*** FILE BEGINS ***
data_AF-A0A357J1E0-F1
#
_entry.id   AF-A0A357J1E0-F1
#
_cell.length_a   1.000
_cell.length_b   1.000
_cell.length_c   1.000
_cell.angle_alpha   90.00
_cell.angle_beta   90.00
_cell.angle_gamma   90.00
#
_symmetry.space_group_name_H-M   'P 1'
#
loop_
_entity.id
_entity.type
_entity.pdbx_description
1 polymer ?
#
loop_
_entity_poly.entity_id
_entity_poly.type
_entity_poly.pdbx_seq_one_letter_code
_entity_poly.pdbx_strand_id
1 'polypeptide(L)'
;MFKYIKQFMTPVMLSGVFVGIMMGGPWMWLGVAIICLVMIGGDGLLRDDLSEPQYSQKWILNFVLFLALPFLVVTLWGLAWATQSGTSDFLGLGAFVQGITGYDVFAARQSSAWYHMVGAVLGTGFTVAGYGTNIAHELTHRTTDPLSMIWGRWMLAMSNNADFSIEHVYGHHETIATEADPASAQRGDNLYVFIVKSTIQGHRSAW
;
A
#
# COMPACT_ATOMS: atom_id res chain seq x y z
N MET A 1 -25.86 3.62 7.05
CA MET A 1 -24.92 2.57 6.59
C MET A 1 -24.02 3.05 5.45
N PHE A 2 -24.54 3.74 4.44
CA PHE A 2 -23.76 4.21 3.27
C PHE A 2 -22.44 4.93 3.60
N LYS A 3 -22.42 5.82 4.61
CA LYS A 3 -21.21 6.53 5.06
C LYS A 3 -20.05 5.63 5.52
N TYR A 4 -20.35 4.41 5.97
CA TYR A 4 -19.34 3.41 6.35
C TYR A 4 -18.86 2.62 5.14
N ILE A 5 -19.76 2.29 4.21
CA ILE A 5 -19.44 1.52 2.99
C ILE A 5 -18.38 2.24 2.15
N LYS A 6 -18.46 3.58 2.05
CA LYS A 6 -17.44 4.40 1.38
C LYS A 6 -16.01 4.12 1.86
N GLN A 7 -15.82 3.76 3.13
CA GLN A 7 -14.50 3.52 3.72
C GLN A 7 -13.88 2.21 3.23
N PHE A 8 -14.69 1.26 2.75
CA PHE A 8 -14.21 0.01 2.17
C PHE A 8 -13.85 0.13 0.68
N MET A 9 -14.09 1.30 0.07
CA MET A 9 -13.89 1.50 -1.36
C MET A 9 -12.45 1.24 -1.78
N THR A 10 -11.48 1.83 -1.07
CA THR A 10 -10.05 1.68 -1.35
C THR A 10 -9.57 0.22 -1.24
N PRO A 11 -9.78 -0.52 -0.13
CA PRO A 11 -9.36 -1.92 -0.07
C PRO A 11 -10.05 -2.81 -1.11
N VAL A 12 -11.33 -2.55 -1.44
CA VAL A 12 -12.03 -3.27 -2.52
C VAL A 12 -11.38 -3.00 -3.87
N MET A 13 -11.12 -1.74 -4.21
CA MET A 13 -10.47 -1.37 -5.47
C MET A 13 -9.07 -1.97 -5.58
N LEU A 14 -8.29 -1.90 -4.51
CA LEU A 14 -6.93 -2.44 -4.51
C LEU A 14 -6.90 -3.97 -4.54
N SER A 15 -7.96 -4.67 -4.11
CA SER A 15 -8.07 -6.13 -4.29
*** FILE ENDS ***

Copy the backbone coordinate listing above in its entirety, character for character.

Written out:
data_AF-A0A357J1E0-F1
#
_entry.id   AF-A0A357J1E0-F1
#
_cell.length_a   1.000
_cell.length_b   1.000
_cell.length_c   1.000
_cell.angle_alpha   90.00
_cell.angle_beta   90.00
_cell.angle_gamma   90.00
#
_symmetry.space_group_name_H-M   'P 1'
#
loop_
_entity.id
_entity.type
_entity.pdbx_description
1 polymer ?
#
loop_
_entity_poly.entity_id
_entity_poly.type
_entity_poly.pdbx_seq_one_letter_code
_entity_poly.pdbx_strand_id
1 'polypeptide(L)'
;MFKYIKQFMTPVMLSGVFVGIMMGGPWMWLGVAIICLVMIGGDGLLRDDLSEPQYSQKWILNFVLFLALPFLVVTLWGLAWATQSGTSDFLGLGAFVQGITGYDVFAARQSSAWYHMVGAVLGTGFTVAGYGTNIAHELTHRTTDPLSMIWGRWMLAMSNNADFSIEHVYGHHETIATEADPASAQRGDNLYVFIVKSTIQGHRSAW
;
A
#
# COMPACT_ATOMS: atom_id res chain seq x y z
N MET A 1 -25.86 3.62 7.05
CA MET A 1 -24.92 2.57 6.59
C MET A 1 -24.02 3.05 5.45
N PHE A 2 -24.54 3.74 4.44
CA PHE A 2 -23.76 4.21 3.27
C PHE A 2 -22.44 4.93 3.60
N LYS A 3 -22.42 5.82 4.61
CA LYS A 3 -21.21 6.53 5.06
C LYS A 3 -20.05 5.63 5.52
N TYR A 4 -20.35 4.41 5.97
CA TYR A 4 -19.34 3.41 6.35
C TYR A 4 -18.86 2.62 5.14
N ILE A 5 -19.76 2.29 4.21
CA ILE A 5 -19.44 1.52 2.99
C ILE A 5 -18.38 2.24 2.15
N LYS A 6 -18.46 3.58 2.05
CA LYS A 6 -17.44 4.40 1.38
C LYS A 6 -16.01 4.12 1.86
N GLN A 7 -15.82 3.76 3.13
CA GLN A 7 -14.50 3.52 3.72
C GLN A 7 -13.88 2.21 3.23
N PHE A 8 -14.69 1.26 2.75
CA PHE A 8 -14.21 0.01 2.17
C PHE A 8 -13.85 0.13 0.68
N MET A 9 -14.09 1.30 0.07
CA MET A 9 -13.89 1.50 -1.36
C MET A 9 -12.45 1.24 -1.78
N THR A 10 -11.48 1.83 -1.07
CA THR A 10 -10.05 1.68 -1.35
C THR A 10 -9.57 0.22 -1.24
N PRO A 11 -9.78 -0.52 -0.13
CA PRO A 11 -9.36 -1.92 -0.07
C PRO A 11 -10.05 -2.81 -1.11
N VAL A 12 -11.33 -2.55 -1.44
CA VAL A 12 -12.03 -3.27 -2.52
C VAL A 12 -11.38 -3.00 -3.87
N MET A 13 -11.12 -1.74 -4.21
CA MET A 13 -10.47 -1.37 -5.47
C MET A 13 -9.07 -1.97 -5.58
N LEU A 14 -8.29 -1.90 -4.51
CA LEU A 14 -6.93 -2.44 -4.51
C LEU A 14 -6.90 -3.97 -4.54
N SER A 15 -7.96 -4.67 -4.11
CA SER A 15 -8.07 -6.13 -4.29